(Many, many, many thanks to Tony Dayoub for the screen captures.)
I've often expressed my admiration for Sleeping Beauty, extolling it as one of the greatest animated films of all time, and certainly the greatest thing that Walt Disney's studio ever produced. This is an opinion that's often been met with befuddlement: people don't "get" my "Sleeping Beauty thing", and they wonder how on Earth could anyone champion this film above all others? Frankly, I'm about as befuddled: I can't imagine anyone not liking it. It is animation, and thus cinema, at its pinnacle.
To start with, there's the aspect ratio: 2.55:1, wider than wide. Every composition emphasizes the very horizontal-ness of the frame, whether it's tracking movement from left to right--
-- or creating moods both romantic and gloomy via the use of negative space--
-- or staging some of the most thrilling action sequences to ever be animated.
Notice how Maleficent and her flames move diagonally across the frame, pushing Prince Philip into one corner or the other. It's still very much a horizontal composition, but the injection of the vertical adds a sense of danger. Vertical movement in the film's widescreen world is upsetting and tumultuous; it's no coincidence that this frame of the post-spindle Briar Rose, intended to shock, is fundamentally vertical:
Whereas this more peaceful frame finds her horizontal:
Horizontal, but also somewhat flat. It is, to my eye, an appealing flatness, one that reoccurs through-out the film and gives it the stylized, illuminated manuscript vibe that I also find incredibly, breathtakingly, astonishingly beautiful.
And there are some who will grant me the film's formal pleasures, even go as far as to admit that it's eye-popping, but that the film lacks for "heart" or that's it is pretty but lifeless, empty. Not up to par, they say, with the True Classics. And, again, I can't really see what they're talking about; this is a film that's absolutely bursting with life.
This, after all, is the only Disney film with a charming prince who had any kind of identifiable personality. Watch the scene with Phillip and Samson again and tell me that he's just another handsome, stuffed-shirt cipher like the rest. Maleficent, for her part, is a villain with real teeth, tall and black and imperious, dripping with sadistic sarcasm and cruel menace. The climax is the liveliest that Disney's got, and also the scariest-- "Now you shall deal with me, oh prince, and all the powers of Hell!" is a line that still gives me chills down my spine.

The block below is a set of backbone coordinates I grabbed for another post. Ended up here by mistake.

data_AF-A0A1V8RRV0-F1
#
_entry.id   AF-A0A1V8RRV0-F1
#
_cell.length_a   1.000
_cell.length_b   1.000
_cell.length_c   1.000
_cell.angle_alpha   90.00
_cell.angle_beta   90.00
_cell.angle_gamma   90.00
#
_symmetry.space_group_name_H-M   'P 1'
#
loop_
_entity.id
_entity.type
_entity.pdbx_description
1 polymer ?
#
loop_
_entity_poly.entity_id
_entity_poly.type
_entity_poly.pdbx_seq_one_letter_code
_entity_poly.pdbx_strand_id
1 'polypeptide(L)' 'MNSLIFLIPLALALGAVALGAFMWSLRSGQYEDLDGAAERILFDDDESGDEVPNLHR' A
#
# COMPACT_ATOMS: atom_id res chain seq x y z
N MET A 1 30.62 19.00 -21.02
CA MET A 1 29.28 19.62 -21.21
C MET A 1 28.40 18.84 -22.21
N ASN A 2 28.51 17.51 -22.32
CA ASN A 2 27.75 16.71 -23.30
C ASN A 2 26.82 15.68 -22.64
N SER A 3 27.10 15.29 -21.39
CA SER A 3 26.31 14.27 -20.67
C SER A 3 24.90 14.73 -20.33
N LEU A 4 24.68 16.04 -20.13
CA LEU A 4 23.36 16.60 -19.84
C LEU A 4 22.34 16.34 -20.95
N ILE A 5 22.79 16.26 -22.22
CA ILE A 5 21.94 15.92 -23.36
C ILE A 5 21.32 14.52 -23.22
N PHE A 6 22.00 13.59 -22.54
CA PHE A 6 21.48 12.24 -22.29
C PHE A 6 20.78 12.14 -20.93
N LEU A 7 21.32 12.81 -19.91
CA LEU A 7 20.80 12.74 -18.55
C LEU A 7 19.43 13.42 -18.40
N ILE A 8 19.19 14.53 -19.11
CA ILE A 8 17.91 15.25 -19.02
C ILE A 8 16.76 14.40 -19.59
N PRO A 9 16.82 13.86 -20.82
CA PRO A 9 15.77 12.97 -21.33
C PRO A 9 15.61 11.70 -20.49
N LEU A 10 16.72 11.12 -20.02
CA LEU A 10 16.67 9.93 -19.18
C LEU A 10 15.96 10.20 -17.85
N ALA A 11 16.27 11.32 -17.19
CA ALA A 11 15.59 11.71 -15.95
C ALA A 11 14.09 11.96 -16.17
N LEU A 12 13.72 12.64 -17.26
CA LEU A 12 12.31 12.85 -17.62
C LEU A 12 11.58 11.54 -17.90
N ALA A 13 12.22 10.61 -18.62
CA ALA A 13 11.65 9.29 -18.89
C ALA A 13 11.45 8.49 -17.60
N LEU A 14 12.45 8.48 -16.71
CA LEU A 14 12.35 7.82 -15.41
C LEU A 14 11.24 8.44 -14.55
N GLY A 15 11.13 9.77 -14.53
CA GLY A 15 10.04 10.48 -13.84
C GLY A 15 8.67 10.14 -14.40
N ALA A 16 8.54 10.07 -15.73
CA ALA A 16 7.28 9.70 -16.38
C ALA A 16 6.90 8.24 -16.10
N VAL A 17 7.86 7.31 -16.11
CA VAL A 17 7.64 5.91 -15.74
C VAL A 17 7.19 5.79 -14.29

The three fairies do their part to provide comic relief, though for me the real chuckles come from the two kings, a servant, and a bottle of wine. That scene is as loose and gangly and joyous as the hand-washing and "The Silly Song" sequences in Snow White and the Seven Dwarfs (classic Disney at its best always having ample room for long digressions where nothing much actually happens). And like the best of the Disney canon, the story unfolds not in bite-sized little montages and unit-like scenes but in longer sequences that possess a real sense of flow and that allow the characters to interact with one another. The illusion of life, in this case perfected with a formal elegance and stylistic flavour that none of the other Disney films ever attempted to match. That's not to slag the other great Disney films-- count me as an ardent fan of the studio's earliest features-- but rather to point out that they all have a certain look, a certain feel, in common, yet there's nothing that looks or feels like Sleeping Beauty.
It's funny, thrilling, sad, dark, stylized, daring, slender, austere, loose, and gorgeous. A masterpiece of cinema both in terms of visual splendor and storytelling. The last truly great Disney film, the absolute peak of American hand-drawn animation.